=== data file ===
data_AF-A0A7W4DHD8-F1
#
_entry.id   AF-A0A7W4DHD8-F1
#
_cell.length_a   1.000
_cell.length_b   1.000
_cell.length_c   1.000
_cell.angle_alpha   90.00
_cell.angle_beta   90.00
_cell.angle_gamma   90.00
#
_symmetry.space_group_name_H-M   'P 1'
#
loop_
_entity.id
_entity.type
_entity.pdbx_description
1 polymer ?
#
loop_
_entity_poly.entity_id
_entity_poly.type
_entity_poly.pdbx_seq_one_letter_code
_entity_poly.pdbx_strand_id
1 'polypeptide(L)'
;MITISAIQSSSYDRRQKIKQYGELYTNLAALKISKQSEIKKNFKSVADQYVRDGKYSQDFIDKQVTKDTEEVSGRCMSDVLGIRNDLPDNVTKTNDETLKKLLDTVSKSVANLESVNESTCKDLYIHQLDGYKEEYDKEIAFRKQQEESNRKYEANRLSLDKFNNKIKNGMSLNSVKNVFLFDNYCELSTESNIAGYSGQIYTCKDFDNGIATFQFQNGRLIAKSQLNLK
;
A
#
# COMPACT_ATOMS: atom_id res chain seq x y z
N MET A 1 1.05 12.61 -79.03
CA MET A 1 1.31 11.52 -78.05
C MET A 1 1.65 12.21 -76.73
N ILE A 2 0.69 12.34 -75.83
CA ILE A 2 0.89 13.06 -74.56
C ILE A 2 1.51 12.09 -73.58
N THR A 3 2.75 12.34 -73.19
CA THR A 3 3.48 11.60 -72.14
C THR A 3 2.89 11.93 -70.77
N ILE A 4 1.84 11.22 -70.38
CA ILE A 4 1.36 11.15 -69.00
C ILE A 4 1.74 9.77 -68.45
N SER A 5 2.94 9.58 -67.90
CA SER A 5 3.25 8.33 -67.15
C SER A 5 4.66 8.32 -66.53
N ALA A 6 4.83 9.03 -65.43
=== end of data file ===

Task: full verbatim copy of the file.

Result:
data_AF-A0A7W4DHD8-F1
#
_entry.id   AF-A0A7W4DHD8-F1
#
_cell.length_a   1.000
_cell.length_b   1.000
_cell.length_c   1.000
_cell.angle_alpha   90.00
_cell.angle_beta   90.00
_cell.angle_gamma   90.00
#
_symmetry.space_group_name_H-M   'P 1'
#
loop_
_entity.id
_entity.type
_entity.pdbx_description
1 polymer ?
#
loop_
_entity_poly.entity_id
_entity_poly.type
_entity_poly.pdbx_seq_one_letter_code
_entity_poly.pdbx_strand_id
1 'polypeptide(L)'
;MITISAIQSSSYDRRQKIKQYGELYTNLAALKISKQSEIKKNFKSVADQYVRDGKYSQDFIDKQVTKDTEEVSGRCMSDVLGIRNDLPDNVTKTNDETLKKLLDTVSKSVANLESVNESTCKDLYIHQLDGYKEEYDKEIAFRKQQEESNRKYEANRLSLDKFNNKIKNGMSLNSVKNVFLFDNYCELSTESNIAGYSGQIYTCKDFDNGIATFQFQNGRLIAKSQLNLK
;
A
#
# COMPACT_ATOMS: atom_id res chain seq x y z
N MET A 1 1.05 12.61 -79.03
CA MET A 1 1.31 11.52 -78.05
C MET A 1 1.65 12.21 -76.73
N ILE A 2 0.69 12.34 -75.83
CA ILE A 2 0.89 13.06 -74.56
C ILE A 2 1.51 12.09 -73.58
N THR A 3 2.75 12.34 -73.19
CA THR A 3 3.48 11.60 -72.14
C THR A 3 2.89 11.93 -70.77
N ILE A 4 1.84 11.22 -70.38
CA ILE A 4 1.36 11.15 -69.00
C ILE A 4 1.74 9.77 -68.45
N SER A 5 2.94 9.58 -67.90
CA SER A 5 3.25 8.33 -67.15
C SER A 5 4.66 8.32 -66.53
N ALA A 6 4.83 9.03 -65.43